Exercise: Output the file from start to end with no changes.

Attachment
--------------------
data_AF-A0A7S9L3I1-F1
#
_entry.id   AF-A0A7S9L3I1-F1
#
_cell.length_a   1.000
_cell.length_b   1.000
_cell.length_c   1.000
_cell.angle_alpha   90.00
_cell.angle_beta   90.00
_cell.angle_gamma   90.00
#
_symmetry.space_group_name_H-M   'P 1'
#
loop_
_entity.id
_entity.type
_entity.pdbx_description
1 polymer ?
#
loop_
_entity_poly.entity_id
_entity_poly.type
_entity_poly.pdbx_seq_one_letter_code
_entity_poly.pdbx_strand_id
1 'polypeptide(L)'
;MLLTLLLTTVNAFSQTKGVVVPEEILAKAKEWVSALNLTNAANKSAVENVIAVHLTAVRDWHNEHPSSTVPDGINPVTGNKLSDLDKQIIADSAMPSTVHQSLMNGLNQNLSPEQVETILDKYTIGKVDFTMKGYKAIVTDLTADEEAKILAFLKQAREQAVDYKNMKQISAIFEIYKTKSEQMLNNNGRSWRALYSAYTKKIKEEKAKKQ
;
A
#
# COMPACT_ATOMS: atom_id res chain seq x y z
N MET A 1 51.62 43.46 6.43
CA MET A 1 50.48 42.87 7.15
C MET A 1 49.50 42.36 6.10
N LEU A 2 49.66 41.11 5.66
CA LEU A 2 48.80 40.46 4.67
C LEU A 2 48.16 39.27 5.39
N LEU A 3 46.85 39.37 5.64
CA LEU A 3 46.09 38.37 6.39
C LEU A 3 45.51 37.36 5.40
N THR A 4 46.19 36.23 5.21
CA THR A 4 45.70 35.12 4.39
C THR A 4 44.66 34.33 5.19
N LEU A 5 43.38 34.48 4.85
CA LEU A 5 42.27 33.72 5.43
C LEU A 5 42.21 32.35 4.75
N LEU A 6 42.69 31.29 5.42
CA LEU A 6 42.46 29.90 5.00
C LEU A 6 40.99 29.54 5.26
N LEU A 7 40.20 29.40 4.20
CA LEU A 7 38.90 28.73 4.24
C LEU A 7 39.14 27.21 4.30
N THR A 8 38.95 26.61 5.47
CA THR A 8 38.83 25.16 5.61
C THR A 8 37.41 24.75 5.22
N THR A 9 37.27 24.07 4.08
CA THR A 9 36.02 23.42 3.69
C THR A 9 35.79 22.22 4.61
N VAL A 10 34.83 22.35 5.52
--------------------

data_AF-A0A7S9L3I1-F1
#
_entry.id   AF-A0A7S9L3I1-F1
#
_cell.length_a   1.000
_cell.length_b   1.000
_cell.length_c   1.000
_cell.angle_alpha   90.00
_cell.angle_beta   90.00
_cell.angle_gamma   90.00
#
_symmetry.space_group_name_H-M   'P 1'
#
loop_
_entity.id
_entity.type
_entity.pdbx_description
1 polymer ?
#
loop_
_entity_poly.entity_id
_entity_poly.type
_entity_poly.pdbx_seq_one_letter_code
_entity_poly.pdbx_strand_id
1 'polypeptide(L)'
;MLLTLLLTTVNAFSQTKGVVVPEEILAKAKEWVSALNLTNAANKSAVENVIAVHLTAVRDWHNEHPSSTVPDGINPVTGNKLSDLDKQIIADSAMPSTVHQSLMNGLNQNLSPEQVETILDKYTIGKVDFTMKGYKAIVTDLTADEEAKILAFLKQAREQAVDYKNMKQISAIFEIYKTKSEQMLNNNGRSWRALYSAYTKKIKEEKAKKQ
;
A
#
# COMPACT_ATOMS: atom_id res chain seq x y z
N MET A 1 51.62 43.46 6.43
CA MET A 1 50.48 42.87 7.15
C MET A 1 49.50 42.36 6.10
N LEU A 2 49.66 41.11 5.66
CA LEU A 2 48.80 40.46 4.67
C LEU A 2 48.16 39.27 5.39
N LEU A 3 46.85 39.37 5.64
CA LEU A 3 46.09 38.37 6.39
C LEU A 3 45.51 37.36 5.40
N THR A 4 46.19 36.23 5.21
CA THR A 4 45.70 35.12 4.39
C THR A 4 44.66 34.33 5.19
N LEU A 5 43.38 34.48 4.85
CA LEU A 5 42.27 33.72 5.43
C LEU A 5 42.21 32.35 4.75
N LEU A 6 42.69 31.29 5.42
CA LEU A 6 42.46 29.90 5.00
C LEU A 6 40.99 29.54 5.26
N LEU A 7 40.20 29.40 4.20
CA LEU A 7 38.90 28.73 4.24
C LEU A 7 39.14 27.21 4.30
N THR A 8 38.95 26.61 5.47
CA THR A 8 38.83 25.16 5.61
C THR A 8 37.41 24.75 5.22
N THR A 9 37.27 24.07 4.08
CA THR A 9 36.02 23.42 3.69
C THR A 9 35.79 22.22 4.61
N VAL A 10 34.83 22.35 5.52